Sitting down to my journal this morning, I flipped back through the past few weeks and noticed that Disability — as both theoretical concept and a pragmatic reality — hasn’t just seeped into every corner of my life: it’s pushing out nearly everything else. It’s filling not just the huge blocks of time I think of as “work time” and “family time,” but even the small slivers of time in between, not just the thoughts but the space between the thoughts, permeating my consciousness from the moment I start journaling at 5am to the last few moments of each day I spend reading every night. (The book right now is required reading on the evolution of disability rights, I kid you not.) The many, many moments in between — checking email, talking to friends (often also parents of kids with special needs), planning for the future, running errands and making calls (picking up meds and scheduling specialist appointments) leave little time for other things.
The irony is not lost on me. In the process of trying to build a life unimpeded by the limits of disability, it looks as though it is taking over like a kudzu vine. In an effort to move beyond disability by becoming empowered by it, I have become ensnared.
It’s cause for concern. This level of immersion in the stories of others and their challenges leads to a sort of vicarious trauma that will surely lead to burnout. And surely no one feels like hanging around a walking protest sign. At moments I bore myself.
And yet… (yes, there’s always an “and yet….”) it strikes me that the seeming claustrophobia that Disability is playing in my life right now is in fact a cocoon; there’s no way for me to metamorphosize to the butterfly-hood that is a joyful, inclusive, authentic life without being held completely captive by this for a little while. In my struggle to break free, my wings grow stronger and eventually, when the threads of the chrysalis release me, I will be something completely different than I was before.
Reflecting on Rev. Martin Luther King, Jr.‘s contribution to peace thought I’d share a blessing by Hagen Hasselbalch which I found in Earth Prayers. It so beautifully captures the open-armed ambitions of the peace movement inspired by folks like Dr. King: the desire for justice, for access, for respect for each other and the earth.
Let there be peace, welfare and righteousness
in every part of the world.
Let confidence and friendship prevail
for the good of east and west
for the good of the needy south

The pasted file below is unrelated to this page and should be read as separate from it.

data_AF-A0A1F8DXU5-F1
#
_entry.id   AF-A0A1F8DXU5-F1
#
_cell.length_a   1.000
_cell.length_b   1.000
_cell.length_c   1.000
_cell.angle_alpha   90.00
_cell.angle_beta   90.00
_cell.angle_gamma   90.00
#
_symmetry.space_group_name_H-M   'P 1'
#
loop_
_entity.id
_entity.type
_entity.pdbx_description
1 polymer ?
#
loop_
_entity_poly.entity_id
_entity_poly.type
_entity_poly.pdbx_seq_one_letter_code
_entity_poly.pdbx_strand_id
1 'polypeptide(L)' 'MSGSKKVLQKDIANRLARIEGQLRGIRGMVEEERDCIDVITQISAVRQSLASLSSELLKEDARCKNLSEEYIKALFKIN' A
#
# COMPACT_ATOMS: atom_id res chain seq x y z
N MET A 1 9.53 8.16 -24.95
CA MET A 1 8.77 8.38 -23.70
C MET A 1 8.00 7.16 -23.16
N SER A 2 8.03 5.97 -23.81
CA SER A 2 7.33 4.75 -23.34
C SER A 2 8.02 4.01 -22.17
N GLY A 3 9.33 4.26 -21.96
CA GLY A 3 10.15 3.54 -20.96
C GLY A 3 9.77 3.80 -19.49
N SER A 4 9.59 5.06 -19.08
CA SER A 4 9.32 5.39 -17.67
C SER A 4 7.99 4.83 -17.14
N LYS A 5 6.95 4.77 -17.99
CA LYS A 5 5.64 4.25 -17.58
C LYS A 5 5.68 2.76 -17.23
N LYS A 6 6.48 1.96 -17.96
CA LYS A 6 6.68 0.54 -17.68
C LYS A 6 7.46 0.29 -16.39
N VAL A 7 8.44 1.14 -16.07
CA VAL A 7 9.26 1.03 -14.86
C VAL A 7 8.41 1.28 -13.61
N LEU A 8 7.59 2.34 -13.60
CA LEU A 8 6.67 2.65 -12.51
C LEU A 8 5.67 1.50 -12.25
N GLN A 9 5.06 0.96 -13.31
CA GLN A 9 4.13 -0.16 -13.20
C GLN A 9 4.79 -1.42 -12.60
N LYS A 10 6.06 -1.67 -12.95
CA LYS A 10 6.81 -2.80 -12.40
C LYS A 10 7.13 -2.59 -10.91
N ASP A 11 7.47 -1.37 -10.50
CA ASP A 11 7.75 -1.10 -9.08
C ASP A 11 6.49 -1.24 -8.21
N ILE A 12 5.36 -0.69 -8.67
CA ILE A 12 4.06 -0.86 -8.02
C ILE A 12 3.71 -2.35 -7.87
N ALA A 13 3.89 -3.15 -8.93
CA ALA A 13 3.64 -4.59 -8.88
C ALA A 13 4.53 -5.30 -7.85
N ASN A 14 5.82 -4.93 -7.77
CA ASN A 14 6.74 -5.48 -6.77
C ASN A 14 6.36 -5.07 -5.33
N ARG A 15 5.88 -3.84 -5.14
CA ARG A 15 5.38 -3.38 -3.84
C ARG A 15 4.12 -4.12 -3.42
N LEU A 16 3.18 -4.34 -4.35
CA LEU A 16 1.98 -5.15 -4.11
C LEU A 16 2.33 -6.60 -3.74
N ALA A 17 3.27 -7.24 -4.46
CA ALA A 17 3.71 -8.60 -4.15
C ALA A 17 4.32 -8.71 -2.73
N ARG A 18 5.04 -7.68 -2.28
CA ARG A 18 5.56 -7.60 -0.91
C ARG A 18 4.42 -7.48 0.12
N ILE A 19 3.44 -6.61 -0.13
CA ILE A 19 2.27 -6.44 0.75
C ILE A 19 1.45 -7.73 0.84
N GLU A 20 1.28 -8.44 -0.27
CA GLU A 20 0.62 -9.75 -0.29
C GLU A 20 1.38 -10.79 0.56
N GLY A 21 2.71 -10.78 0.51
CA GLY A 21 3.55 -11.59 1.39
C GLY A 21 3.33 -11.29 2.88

for the good of all humanity.
Let the people inspire their leaders
helping them to seek peace by peaceful means
helping them and urging them
to build a better world
a world with a home for everybody
a world with food and work for everybody
a world with spiritual freedom
Let those who have the power of money
be motivated by selfless compassion.
Let money become a tool
for the good of humankind.
Let those who have power
deal respectfully with the resources of the planet.
Let them respect and maintain
the purity of the air, water, land and subsoil.
Let them co-operate to restore
the ecological soundness of Mother Earth.
Let trees grow up by the billions
around the world.
Let green life invade the deserts.
Let industry serve humanity
and produce waste that serves nature.
Let technology respect
the holiness of Mother Earth.
Let those who control the mass media
contribute to create mutual understanding
contribute to create optimism and confidence.
Let ordinary people
meet by the millions across the borders.
Let them create a universal network
of love and friendship.
Let billions of human beings
co-operate to create a good future
for their children and grandchildren.
Let us survive
In peace and harmony with Mother Earth.
The special needs blogosphere and social media outlets are abuzz about this recent Target ad featuring a boy with Down Syndrome. This kid is cute. Really cute. It’s great to see him there.
The big news isn’t the fact that he’s in the shot; what people seem to be focusing on is the fact that Target didn’t make a big deal about it.
I wonder, though, how they could have “made a big deal” if they wanted to. Send out press releases? Add a little arrow pointing to him with a label, “Check it out, we’re really cool”? I don’t think so. They didn’t make a big deal about it because simply including him is a big deal. Enough said.
I don’t mean to sound cynical. I am glad to see all kinds of people portrayed in media, there not because they’re a token representing a particular slice of the market, but because they’re just there. And if it gets folks talking about and encouraging true inclusion (like this great post by Shannon Dingle about the ad and creating inclusive religious communities), then I’m definitely satisfied.
We can celebrate this milestone. But let’s not say that we’re done, OK?
Here’s how we’ll know when we’re done: when all children are included, not only in photo shoots but in schools and communities and in real lives all around the world, when no one makes a big deal about it, and no one needs to point out that we didn’t make a big deal about it.